I remember this one time I had a cold there, it was one of the worst colds I have ever had. My throat and nose were incredibly dry. I did everything I could to give myself some humidity, including heating up water with the electric "kettle" and breathing in the steam from a cup in the middle of the night. It was a rough, sleepless night. I didn't have my own cold medicine and their medicine didn't do much help.
by Miko rate this post as useful

Japanese colds 2007/8/7 16:22
It's the "foreign colds" that always seem worse.

I live in Japan, and of the last 2 really bad colds I've had I caught the first one in Ireland and the second one in Nepal.

I've heard that it's perhaps not so much that the cold viruses in other countries are stronger as that each country has different ones. In the country you live in you are exposed to those viruses little bits at a time and hopefully build up a resistance to those strains, whereas when you go to another country your system is totally unfamiliar with that country's cold viruses so they can hit you hard- especially when combined with dry, air-conditioned plane cabins and jetlag.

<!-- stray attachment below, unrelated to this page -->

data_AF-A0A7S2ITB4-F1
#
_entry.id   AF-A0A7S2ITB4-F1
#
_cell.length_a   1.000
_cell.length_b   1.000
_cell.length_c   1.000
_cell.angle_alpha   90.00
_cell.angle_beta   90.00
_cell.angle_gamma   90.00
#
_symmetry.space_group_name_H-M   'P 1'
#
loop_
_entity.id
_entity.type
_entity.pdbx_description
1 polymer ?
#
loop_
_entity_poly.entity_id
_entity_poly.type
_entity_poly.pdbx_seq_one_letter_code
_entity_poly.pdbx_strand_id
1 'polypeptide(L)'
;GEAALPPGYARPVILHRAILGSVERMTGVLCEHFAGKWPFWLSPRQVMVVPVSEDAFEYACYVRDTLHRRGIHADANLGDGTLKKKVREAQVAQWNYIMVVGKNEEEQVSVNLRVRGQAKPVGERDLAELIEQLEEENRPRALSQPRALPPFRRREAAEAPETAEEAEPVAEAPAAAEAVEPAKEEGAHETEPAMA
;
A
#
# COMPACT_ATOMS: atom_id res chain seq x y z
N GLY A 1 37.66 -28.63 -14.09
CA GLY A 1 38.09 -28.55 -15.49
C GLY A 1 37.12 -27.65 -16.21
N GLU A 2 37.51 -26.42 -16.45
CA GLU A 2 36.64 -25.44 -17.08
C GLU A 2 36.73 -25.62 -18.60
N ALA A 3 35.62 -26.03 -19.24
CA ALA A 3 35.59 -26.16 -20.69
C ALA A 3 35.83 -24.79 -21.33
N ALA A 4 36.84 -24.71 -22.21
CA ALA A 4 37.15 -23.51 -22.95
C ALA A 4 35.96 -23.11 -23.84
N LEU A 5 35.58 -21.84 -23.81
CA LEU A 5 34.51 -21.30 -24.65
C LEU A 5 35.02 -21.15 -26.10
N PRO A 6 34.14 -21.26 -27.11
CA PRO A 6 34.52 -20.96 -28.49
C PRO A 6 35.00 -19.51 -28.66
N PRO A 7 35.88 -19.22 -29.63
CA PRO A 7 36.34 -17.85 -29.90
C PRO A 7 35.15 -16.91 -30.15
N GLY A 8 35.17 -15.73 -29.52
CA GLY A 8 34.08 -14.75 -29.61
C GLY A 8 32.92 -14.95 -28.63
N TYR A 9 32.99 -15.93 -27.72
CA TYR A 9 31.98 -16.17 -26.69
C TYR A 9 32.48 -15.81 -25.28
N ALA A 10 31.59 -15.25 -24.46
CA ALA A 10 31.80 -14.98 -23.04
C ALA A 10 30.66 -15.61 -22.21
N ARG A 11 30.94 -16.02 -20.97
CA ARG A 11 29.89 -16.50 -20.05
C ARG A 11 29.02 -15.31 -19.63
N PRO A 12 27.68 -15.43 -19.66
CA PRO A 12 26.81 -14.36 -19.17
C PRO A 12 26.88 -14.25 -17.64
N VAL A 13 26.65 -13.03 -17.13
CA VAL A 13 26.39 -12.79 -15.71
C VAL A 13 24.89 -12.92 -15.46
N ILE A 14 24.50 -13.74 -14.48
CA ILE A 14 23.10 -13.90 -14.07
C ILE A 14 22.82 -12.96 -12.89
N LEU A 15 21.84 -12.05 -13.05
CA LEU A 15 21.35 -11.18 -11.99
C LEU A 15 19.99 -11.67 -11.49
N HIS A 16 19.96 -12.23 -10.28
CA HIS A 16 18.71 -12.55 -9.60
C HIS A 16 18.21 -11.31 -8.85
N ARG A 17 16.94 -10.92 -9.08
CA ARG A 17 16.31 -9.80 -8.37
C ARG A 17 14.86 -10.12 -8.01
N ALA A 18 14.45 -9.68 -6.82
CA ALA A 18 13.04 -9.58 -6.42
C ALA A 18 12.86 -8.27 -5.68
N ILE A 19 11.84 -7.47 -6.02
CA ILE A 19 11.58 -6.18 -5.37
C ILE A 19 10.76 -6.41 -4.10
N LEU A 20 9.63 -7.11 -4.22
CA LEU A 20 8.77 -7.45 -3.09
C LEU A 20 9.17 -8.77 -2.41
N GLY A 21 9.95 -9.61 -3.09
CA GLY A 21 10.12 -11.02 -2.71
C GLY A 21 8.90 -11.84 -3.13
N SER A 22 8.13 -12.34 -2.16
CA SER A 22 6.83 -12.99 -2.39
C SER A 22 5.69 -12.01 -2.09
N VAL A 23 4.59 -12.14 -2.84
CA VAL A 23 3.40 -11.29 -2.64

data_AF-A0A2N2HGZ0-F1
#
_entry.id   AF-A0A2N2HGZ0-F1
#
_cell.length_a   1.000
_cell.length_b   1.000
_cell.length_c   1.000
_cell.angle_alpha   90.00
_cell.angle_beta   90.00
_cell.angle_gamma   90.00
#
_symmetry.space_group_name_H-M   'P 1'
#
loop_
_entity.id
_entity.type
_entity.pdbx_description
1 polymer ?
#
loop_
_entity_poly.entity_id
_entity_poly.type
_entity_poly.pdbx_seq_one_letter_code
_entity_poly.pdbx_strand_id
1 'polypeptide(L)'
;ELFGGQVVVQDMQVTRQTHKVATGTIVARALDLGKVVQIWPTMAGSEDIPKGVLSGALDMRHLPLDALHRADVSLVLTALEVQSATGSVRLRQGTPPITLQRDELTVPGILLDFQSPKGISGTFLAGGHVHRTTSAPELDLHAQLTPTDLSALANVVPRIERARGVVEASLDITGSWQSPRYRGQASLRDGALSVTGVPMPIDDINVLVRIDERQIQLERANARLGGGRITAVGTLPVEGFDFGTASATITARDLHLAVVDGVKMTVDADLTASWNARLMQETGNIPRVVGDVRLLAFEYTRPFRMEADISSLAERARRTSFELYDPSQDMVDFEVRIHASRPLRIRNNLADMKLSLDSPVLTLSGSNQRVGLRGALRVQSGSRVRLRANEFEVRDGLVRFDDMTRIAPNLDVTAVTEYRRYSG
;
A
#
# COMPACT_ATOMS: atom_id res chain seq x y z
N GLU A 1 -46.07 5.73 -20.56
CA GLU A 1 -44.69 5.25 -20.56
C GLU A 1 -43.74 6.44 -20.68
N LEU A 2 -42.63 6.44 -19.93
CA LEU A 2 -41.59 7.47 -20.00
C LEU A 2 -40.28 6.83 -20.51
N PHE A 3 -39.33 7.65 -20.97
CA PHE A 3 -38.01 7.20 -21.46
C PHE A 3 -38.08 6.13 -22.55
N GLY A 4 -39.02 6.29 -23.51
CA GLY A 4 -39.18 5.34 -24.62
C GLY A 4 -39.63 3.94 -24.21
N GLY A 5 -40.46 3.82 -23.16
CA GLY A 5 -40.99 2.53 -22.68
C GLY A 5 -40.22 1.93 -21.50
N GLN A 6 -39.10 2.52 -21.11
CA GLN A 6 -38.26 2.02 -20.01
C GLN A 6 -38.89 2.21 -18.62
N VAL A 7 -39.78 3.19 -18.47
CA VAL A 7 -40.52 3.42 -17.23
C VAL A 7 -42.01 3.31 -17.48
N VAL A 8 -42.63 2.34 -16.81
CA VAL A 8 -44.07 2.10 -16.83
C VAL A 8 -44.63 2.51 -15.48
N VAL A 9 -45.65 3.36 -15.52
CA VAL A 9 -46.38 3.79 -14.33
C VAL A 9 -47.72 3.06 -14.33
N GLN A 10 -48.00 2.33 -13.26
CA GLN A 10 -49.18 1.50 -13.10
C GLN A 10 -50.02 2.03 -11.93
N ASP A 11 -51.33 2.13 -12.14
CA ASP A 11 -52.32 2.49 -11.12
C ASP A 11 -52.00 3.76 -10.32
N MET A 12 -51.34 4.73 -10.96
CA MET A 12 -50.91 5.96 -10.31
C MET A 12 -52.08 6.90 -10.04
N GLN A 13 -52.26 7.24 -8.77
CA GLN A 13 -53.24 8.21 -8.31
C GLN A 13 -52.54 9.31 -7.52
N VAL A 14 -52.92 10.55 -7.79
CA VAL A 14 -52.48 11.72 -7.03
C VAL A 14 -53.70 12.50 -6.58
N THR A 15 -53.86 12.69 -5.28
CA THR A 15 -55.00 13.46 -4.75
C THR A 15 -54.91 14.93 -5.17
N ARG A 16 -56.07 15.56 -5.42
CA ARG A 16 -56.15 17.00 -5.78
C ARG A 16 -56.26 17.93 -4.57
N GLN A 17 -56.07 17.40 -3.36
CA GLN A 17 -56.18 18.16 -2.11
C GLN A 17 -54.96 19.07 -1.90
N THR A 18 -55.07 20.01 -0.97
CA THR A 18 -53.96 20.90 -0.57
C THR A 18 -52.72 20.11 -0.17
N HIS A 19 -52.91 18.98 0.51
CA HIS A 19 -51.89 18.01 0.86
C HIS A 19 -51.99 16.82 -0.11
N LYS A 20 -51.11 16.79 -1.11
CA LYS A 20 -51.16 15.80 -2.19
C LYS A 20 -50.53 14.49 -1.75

by Sira rate this post as useful

JE 2007/8/7 16:25
I think visitors should only get vaccinated for JE if they intend to stay in the aforementioned farm areas for long periods of time.

The only thing I was vaccinated for before coming to Japan (from Australia) was a Measles booster, especially seeing how it affected most of the Universities here.

Other vaccinations were just catchups, but none were 'just for Japan'.
by Denton rate this post as useful